Sex hormone therapy
The NHS does not currently allow children under the age of 16 to be prescribed cross-sex hormones such as testosterone or estrogen. However, once your child reaches 16 then treatment with cross-sex hormones can be obtained on the NHS. This is a particularly crucial stage in the process because treatment no longer requires parental consent AND treatment with cross-sex hormones will have irreversible effects.
The irreversible nature of testosterone takes effect very quickly. Taking testosterone for as short as 1 year will be long enough to leave someone with permanent beard growth if they change their minds and want to de-transition.
It is not illegal for children be prescribed sex hormones under the age of 16. Private gender clinics will and do prescribe sex-hormones under the age of 16, although parental consent will be required and treatment will of course need to be paid for.
Dr Helen Webberley runs a private gender clinic and has prescribed cross-sex hormones on four occasions to children under the age of 16 (three 15 years old and one aged only 12). She is currently under investigation by the General Medical Council (GMC) after complaints by two GPs. Her works with transgender patients is now suspended pending investigation.
Some trans-activists argue that the NHS should remove the lower age limit of 16 for cross-sex hormones from their guidelines. This would allow children to progress through a cross-sex hormone induced ‘puberty’ and the same age as their peers. This has been resisted due to the irreversible nature of the changes and the lack of evidence to support this change, nonetheless the pressure for ever earlier treatment is there.
Gender reassignment surgeries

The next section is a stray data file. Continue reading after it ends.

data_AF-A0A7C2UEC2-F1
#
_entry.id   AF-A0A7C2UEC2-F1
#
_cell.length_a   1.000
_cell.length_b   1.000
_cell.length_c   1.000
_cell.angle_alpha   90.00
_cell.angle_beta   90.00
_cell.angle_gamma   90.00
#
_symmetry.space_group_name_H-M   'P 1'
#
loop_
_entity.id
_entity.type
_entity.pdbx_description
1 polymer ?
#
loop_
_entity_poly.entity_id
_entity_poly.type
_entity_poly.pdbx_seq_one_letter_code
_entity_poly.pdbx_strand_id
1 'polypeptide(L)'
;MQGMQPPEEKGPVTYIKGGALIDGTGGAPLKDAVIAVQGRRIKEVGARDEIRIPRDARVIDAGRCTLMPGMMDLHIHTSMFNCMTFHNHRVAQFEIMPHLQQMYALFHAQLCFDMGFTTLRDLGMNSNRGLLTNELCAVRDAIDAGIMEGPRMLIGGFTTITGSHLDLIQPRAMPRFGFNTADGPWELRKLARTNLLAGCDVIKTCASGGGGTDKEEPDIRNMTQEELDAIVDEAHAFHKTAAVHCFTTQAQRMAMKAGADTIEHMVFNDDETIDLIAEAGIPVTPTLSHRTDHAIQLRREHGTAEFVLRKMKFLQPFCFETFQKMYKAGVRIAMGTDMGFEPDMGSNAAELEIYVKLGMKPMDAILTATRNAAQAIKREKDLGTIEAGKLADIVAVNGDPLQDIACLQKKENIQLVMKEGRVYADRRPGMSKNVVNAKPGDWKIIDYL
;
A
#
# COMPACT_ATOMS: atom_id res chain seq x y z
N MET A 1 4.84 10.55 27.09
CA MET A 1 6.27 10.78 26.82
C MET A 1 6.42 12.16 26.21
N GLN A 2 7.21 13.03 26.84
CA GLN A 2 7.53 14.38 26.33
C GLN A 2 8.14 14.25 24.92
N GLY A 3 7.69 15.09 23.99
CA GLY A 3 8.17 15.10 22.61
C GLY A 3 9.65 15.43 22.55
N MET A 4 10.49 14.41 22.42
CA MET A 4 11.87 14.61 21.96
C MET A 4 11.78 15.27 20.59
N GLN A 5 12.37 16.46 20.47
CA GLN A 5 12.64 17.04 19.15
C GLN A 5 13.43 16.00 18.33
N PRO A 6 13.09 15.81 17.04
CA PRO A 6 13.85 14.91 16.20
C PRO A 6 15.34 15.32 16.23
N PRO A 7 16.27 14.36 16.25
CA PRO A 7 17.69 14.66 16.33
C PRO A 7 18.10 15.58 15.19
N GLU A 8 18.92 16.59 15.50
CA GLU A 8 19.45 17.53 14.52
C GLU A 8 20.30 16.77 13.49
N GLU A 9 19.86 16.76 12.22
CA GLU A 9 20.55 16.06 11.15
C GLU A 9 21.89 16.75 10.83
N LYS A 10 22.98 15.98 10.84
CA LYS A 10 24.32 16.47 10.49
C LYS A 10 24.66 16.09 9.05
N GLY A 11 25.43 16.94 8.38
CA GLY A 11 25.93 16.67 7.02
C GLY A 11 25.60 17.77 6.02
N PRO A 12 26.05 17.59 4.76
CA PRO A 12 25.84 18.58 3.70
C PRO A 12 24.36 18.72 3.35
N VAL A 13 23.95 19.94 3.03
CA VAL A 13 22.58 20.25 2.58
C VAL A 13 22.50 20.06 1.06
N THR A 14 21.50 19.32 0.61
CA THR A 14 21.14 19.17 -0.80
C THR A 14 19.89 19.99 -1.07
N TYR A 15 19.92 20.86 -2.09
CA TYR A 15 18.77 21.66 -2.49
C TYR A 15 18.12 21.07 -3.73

There are a number of surgeries available on the NHS available to adults over the age of 18. These are commissioned by adult Gender Identity Services.
NHS England is currently undergoing a consultation process and is proposing a number of changes to adult gender services. Transgender Trend attended one of the consultation meetings and has also submitted detailed feedback as part of the consultation process.
One of the most concerning changes is the proposal to reduce the age at which adult services are accessed from 18 to 17 years old. This means referrals to adult services will start at 16. Adult services are very different to children’s services. Children’s services are very much about understanding and supporting the development of gender identity in children and is based largely around talking therapies until puberty when blockers may be prescribed. In contrast adult services are focused on the implementation of gender reassignment pathway; both surgical and non-surgical. Psychological support is no longer mandatory (unlike in children’s services).
If the proposals are implemented this means children aged 17 will have access to NHS funded hormones and surgeries. Transgender Trend opposes this change.
How effective are gender reassignment treatments in curing or alleviating gender dysphoria? Does it work and what are the risks? We know from the stories of detransitioners that gender reassignment treatment was not effective in alleviating their underlying psychological problems, trauma or other co-morbidities and in some cases even increased dysphoria.
The only long-term follow-up study of people who have under-gone sex reassignment surgery suggests that it is not the simple solution we are led to believe. This study found substantially higher rates of overall mortality, suicide, suicide attempts, and psychiatric hospitalisations in sex-reassigned transsexual individuals compared to a healthy control population.
In particular, it may not be the ‘cure’ for suicidal ideation which is stressed to parents as the reason they must allow their children to start gender transitioning in the first place.